John Mastera, Architect, AIA
Our Places of Worship as Icons of Culture
Updated: Dec 23, 2022
First of all, warmest wishes for a Merry Christmas to you all!
Our practice has long been recognized for our work on churches in Connecticut, New York and Colorado. Having designed one from scratch with Elizabeth Wright Ingraham in Colorado Springs, we know and understand that not only the expert design and planning of such a building is critical, but the history and relationships of the institution to the community are also important to consider in our creative response to the scope.
These places of worship are icons of our culture. When they are designed well they represent the foundational spirit of all subsequent generations. They are an expression of our spiritual past, present and future.
Let’s take a look at three churches and find lessons of design from each.
The Congregational Church of New Canaan
This extremely historic icon atop the green “God’s Acre in New Canaan is Church, a Meeting House, a School and Church Offices. As we’ve written before about this project extensively in a previous article, we created a Master Plan for the facility that repaired, expanded and preserved the facility. Our mission was to execute this work, even making the facility significantly bigger, without overshadowing the excellent historic architecture of the original design by New York Architect Minard LaFever in 1838. Our work became the backdrop that lets the original design shine even more, while the facility behind it was modernized.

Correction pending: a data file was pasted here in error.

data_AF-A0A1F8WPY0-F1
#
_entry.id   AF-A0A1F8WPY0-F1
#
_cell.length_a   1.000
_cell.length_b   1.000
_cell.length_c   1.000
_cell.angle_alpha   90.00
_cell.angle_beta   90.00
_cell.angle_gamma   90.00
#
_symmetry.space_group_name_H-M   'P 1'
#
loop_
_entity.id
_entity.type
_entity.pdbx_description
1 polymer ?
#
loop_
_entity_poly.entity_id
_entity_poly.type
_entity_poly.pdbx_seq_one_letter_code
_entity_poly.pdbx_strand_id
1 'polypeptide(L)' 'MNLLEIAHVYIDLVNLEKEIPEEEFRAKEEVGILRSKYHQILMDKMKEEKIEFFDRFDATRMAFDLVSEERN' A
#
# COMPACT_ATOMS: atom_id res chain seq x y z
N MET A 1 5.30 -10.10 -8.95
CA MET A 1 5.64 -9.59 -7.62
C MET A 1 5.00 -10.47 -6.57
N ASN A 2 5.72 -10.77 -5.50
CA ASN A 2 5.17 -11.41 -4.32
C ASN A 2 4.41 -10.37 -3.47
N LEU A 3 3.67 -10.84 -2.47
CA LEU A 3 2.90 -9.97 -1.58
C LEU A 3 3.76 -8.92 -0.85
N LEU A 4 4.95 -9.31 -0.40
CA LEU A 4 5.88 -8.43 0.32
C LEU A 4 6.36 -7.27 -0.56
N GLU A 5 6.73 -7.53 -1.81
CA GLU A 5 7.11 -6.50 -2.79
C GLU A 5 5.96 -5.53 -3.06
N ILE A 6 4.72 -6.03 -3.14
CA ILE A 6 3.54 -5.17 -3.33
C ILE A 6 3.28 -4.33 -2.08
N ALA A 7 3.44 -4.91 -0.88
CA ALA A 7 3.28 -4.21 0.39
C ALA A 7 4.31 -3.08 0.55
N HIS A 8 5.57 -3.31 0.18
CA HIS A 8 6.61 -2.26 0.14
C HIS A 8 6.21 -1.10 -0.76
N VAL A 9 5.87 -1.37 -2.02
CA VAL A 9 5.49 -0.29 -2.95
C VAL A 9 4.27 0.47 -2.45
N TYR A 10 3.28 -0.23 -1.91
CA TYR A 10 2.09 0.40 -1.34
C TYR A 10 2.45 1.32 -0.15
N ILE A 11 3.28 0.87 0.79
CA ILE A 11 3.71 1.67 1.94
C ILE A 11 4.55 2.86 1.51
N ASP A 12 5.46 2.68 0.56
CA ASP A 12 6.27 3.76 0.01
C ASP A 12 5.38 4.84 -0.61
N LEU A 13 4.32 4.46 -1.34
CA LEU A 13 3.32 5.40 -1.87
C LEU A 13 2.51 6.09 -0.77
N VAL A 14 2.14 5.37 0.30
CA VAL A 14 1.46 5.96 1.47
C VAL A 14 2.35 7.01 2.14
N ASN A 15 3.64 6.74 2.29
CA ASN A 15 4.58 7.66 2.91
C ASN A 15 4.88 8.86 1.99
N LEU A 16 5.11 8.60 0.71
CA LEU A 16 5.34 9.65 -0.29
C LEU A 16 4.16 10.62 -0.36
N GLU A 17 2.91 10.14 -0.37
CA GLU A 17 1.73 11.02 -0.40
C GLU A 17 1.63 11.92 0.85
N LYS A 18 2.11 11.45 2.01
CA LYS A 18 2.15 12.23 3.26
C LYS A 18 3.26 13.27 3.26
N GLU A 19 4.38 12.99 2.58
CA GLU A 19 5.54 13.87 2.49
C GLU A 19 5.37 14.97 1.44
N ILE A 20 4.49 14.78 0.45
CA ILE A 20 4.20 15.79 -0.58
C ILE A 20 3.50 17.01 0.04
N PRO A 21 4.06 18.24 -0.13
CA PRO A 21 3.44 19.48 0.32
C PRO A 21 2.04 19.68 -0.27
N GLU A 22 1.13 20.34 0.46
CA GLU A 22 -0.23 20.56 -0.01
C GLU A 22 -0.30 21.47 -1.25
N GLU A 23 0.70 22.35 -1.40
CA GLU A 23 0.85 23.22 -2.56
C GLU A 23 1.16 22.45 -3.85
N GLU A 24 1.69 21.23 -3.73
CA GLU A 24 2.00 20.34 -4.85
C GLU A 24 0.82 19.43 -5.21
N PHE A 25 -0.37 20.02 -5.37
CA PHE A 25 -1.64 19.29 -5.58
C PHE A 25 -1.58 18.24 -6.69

Every Church Committee and Town organization that had a stake in the work was consulted, including a thorough review of the project by Historic District Commission of New Canaan and neighbors of the facility gaining approvals of our concept throughout the process. The Masterplan work began in 1997, with the majority of the work being completed by 2000. The final pieces of the plan were implemented in 2013 with final repair of the Sanctuary footings. The Church will go on for decades now being able to function as a modern church, while maintaining its historic integrity. And it will remain New Canaan’s signature architectural gem.